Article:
Tuesday, August 23, 2011

Top Ten Tuesday

Have you noticed I'm only posting on Tuesdays this month? It's not on purpose, but between planning teen events at the library, trying to get my two-year-old to nap, being a wife, podcasting at Authors are ROCKSTARS!, occasionally doing some laundry (maybe), reviewing books and apps for School Library Journal, preparing a presentation for KidLitCon, chairing a YALSA committee, and planning the baby's first birthday party... well, I've got a few things going on! This blog is the one thing I can do at my own pace, and dear reader, that pace happens to be s-l-o-w right now. I'm okay with that, and I hope you are, too.

Since I'm only posting on Tuesdays, I thought I'd participate in the Top Ten Tuesday meme hosted at The Broke and the Bookish! This week's topic is: Books I Loved but Never Reviewed.

1. Huntress, by Malinda Lo
I've been wanting to review this one, but somehow just can't fully articulate my thoughts on this beautiful book. I loved the descriptions of the lush settings, and the fact that it's a story about two girls who fall in love, but it isn't an "issue" book.

2. The Disreputable History of Frankie Landau-Banks, by E. Lockhart
Smart, funny, thought-provoking, relatable... such a perfect book. I love to recommend this when students need something for a school report, because it's a truly fun read and it has enough substance for academic purposes.

3. Audrey, Wait!, by Robin Benway
The casual swearing in this book is so perfect. Just-- YES. This is how a lot of teens talk, whether adults like it or not.

4. Girl at Sea, by Maureen Johnson
Possibly my favorite Maureen Johnson title so far. I recommend this book all the time at my library, as it has a little something for everyone- mystery, adventure, and romance.

5. The Absolutely True Diary of a Part-Time Indian, by Sherman Alexie
Powerful, hilarious, heartbreaking. An excellent choice to introduce an adult reader to the world of YA.

6. Good Enough, by Paula Yoo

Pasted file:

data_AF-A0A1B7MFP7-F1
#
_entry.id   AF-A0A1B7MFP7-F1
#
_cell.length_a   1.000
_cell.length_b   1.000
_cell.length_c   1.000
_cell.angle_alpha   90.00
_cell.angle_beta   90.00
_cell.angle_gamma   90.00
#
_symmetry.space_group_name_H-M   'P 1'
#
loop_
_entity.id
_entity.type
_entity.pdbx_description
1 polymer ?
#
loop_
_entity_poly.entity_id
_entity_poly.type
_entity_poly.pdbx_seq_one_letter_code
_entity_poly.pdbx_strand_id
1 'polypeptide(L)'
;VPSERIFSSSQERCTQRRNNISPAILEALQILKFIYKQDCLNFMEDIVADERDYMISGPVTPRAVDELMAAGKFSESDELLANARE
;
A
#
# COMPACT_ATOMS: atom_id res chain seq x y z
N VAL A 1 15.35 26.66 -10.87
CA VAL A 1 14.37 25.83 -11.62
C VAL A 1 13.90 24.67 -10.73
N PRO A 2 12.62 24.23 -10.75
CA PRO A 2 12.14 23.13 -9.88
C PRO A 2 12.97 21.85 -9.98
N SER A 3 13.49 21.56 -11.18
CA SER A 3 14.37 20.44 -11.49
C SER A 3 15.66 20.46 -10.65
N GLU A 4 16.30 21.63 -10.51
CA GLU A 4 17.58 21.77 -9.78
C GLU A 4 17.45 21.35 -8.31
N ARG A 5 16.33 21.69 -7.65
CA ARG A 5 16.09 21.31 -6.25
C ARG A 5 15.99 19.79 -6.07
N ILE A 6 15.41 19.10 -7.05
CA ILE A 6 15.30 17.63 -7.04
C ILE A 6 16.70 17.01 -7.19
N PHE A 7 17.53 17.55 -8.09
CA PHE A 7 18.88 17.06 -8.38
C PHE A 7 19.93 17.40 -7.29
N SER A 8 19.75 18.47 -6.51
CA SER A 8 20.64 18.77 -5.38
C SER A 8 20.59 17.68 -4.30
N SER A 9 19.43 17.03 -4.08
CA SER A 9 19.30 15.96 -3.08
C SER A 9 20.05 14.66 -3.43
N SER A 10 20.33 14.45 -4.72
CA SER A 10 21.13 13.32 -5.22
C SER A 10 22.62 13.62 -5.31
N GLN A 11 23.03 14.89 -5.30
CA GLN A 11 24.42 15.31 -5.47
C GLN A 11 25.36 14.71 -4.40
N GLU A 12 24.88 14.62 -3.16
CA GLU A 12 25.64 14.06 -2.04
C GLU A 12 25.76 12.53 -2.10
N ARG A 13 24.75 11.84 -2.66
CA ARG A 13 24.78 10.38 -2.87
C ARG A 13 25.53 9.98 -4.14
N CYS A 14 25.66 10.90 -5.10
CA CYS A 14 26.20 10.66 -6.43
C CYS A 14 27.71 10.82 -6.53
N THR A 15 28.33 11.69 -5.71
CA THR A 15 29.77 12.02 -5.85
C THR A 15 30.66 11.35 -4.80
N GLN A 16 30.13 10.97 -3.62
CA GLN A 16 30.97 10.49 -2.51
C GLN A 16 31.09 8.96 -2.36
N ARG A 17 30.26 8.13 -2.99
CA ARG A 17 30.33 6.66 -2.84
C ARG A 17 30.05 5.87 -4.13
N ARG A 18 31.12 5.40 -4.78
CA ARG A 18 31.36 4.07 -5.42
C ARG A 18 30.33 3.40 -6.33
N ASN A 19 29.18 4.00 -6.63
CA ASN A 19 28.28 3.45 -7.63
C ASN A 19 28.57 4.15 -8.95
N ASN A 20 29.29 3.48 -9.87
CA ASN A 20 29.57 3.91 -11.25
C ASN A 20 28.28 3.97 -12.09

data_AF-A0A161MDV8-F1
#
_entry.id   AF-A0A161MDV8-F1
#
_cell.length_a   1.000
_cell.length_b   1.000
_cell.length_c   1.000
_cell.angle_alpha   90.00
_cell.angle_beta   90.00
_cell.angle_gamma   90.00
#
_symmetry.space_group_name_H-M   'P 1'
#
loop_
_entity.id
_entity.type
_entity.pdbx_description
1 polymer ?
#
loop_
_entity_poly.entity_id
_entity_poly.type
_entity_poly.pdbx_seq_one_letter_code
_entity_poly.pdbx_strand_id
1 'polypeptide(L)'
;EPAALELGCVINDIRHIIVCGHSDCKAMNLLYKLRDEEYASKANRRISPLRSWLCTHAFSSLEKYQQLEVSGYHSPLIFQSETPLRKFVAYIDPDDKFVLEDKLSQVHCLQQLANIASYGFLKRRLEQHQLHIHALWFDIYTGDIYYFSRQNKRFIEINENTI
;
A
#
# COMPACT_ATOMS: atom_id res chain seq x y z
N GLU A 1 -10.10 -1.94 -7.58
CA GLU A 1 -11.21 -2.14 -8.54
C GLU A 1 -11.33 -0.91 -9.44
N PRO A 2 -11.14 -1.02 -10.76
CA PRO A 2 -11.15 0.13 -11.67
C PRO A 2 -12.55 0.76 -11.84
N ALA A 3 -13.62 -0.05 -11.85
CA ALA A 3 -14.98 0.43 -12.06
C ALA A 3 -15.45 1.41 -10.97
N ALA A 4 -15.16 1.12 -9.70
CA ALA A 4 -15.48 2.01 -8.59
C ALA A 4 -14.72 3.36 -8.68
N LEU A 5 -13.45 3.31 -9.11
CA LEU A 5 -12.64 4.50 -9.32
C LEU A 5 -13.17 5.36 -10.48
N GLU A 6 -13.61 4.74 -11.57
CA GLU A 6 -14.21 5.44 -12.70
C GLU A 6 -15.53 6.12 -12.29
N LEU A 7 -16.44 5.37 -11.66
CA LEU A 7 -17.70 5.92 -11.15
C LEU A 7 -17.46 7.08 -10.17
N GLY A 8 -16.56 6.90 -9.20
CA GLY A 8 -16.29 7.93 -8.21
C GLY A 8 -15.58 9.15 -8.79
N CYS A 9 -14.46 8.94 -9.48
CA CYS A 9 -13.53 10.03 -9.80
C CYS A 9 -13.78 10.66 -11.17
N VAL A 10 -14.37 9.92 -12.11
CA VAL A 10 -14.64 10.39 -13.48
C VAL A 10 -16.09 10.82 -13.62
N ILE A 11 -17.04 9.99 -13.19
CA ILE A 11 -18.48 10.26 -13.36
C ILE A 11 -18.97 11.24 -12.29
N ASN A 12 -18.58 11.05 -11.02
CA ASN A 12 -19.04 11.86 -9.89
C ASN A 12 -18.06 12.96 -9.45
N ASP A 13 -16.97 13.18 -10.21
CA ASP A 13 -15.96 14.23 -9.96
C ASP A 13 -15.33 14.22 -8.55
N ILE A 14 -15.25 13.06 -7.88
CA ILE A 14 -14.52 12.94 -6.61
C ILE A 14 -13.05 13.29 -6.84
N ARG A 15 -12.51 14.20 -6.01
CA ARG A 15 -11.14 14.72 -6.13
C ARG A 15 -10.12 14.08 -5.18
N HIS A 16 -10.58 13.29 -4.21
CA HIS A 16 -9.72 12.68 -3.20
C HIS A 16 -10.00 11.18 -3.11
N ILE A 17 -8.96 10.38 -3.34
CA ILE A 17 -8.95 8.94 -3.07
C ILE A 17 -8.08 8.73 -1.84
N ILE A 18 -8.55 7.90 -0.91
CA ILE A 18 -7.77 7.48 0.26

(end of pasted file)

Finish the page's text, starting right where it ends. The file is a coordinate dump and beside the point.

Come for the spam recipes, stay for the funny and genuine narrator as she navigates her strict Korean-American parents' expectation and her own growing need for independence.

7. Robot Dreams, by Sara Varon
I read this four years ago, and still think about it. Deceptively cute illustrations tell a heartbreaking, relatable, and ultimately hopeful story about friendship, loss, and healing.

8. The China Garden, by Liz Berry
I believe it's out of print, and not even available in many libraries anymore, but if you can get your hands on it, this is an amazing read. A spine-tingling paranormal romance written years before the genre exploded.

9.
Elsewhere, by Gabrielle Zevin
A gorgeous afterlife story, kind of a Lovely Bones for teens.


10.
Mockingjay, by Suzanne Collins
I had to read this one twice to fully absorb it, because it was so different from the first two books in the trilogy, but I feel it was ultimately a worthy and fitting conclusion to the story. And I loved the epilogue, no matter what anyone else says.


Now... off to do some laundry! Maybe.

5 comments:

  1. Which YALSA committee are you chairing? Are you going to Dallas for midwinter?

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  2. I bought a copy of The China Garden at my library's used book store but haven't read it yet. I haven't put it on my classroom library bookshelf either because I wasn't sure if it would be too mature for 6th graders. Is it a fairly innocent YA romance or is it more edgy and mature?

    I was not a huge fan of Elsewhere. I didn't hate it, but I thought Zevin's idea of the afterlife was incredibly depressing. To die and have to live your afterlife like a human life but backwards? Yeah, I hope that's not how it happens! LOL!

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  3. Nice!
    I got to see Sherman Alexi in person, he's so charming!

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  4. @Kim, I'm chairing the Local Arrangements Committee for Anaheim. So, unfortunately no excuse to go to midwinter this time around... hope you're having fun on your committee!

    @Beth, The China Garden is sooo goooood. But I seem to remember it being pretty steamy in parts, so I don't think it would be quite right for your classroom. It's been several years since I've read it, though, so you might want to read it yourself and see what you think! Ha, your comments on Elsewhere totally make sense. I don't know, maybe I have a complex about aging... the idea of aging backwards sounded kind of comforting to me. ;)

    @Benji, thanks for the comment! I agree about Sherman Alexie-- I was lucky enough to meet him at an ALA conference a few years ago, and he was just as awesome as his writing.

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  5. Mockingjay??!!??! You should correct that very soon :)

    I've read Huntress. I think it was a great fantasy, not perfect, good. I love Malinda Lo!!!

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